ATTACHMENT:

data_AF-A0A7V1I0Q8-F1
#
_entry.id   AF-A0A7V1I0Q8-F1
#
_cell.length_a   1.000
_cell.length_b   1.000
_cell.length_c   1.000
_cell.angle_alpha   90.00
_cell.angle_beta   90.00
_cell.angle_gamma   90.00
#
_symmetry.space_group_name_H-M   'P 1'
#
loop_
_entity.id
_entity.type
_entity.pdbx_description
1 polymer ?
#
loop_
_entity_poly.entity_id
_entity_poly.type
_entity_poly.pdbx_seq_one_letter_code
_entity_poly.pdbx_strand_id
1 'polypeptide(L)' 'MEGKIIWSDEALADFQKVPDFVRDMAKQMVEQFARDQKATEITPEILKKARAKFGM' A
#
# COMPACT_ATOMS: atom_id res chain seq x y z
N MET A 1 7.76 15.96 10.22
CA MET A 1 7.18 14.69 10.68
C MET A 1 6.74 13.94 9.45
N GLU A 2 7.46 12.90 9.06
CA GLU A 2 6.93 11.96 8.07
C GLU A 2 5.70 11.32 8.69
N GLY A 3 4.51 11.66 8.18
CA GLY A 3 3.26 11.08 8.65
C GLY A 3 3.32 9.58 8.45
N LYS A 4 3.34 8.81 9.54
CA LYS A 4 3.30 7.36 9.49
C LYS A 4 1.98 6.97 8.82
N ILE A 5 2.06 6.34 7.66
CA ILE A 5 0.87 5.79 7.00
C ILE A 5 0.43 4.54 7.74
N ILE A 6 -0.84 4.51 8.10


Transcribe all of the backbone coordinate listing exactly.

data_AF-A0A7V1I0Q8-F1
#
_entry.id   AF-A0A7V1I0Q8-F1
#
_cell.length_a   1.000
_cell.length_b   1.000
_cell.length_c   1.000
_cell.angle_alpha   90.00
_cell.angle_beta   90.00
_cell.angle_gamma   90.00
#
_symmetry.space_group_name_H-M   'P 1'
#
loop_
_entity.id
_entity.type
_entity.pdbx_description
1 polymer ?
#
loop_
_entity_poly.entity_id
_entity_poly.type
_entity_poly.pdbx_seq_one_letter_code
_entity_poly.pdbx_strand_id
1 'polypeptide(L)' 'MEGKIIWSDEALADFQKVPDFVRDMAKQMVEQFARDQKATEITPEILKKARAKFGM' A
#
# COMPACT_ATOMS: atom_id res chain seq x y z
N MET A 1 7.76 15.96 10.22
CA MET A 1 7.18 14.69 10.68
C MET A 1 6.74 13.94 9.45
N GLU A 2 7.46 12.90 9.06
CA GLU A 2 6.93 11.96 8.07
C GLU A 2 5.70 11.32 8.69
N GLY A 3 4.51 11.66 8.18
CA GLY A 3 3.26 11.08 8.65
C GLY A 3 3.32 9.58 8.45
N LYS A 4 3.34 8.81 9.54
CA LYS A 4 3.30 7.36 9.49
C LYS A 4 1.98 6.97 8.82
N ILE A 5 2.06 6.34 7.66
CA ILE A 5 0.87 5.79 7.00
C ILE A 5 0.43 4.54 7.74
N ILE A 6 -0.84 4.51 8.10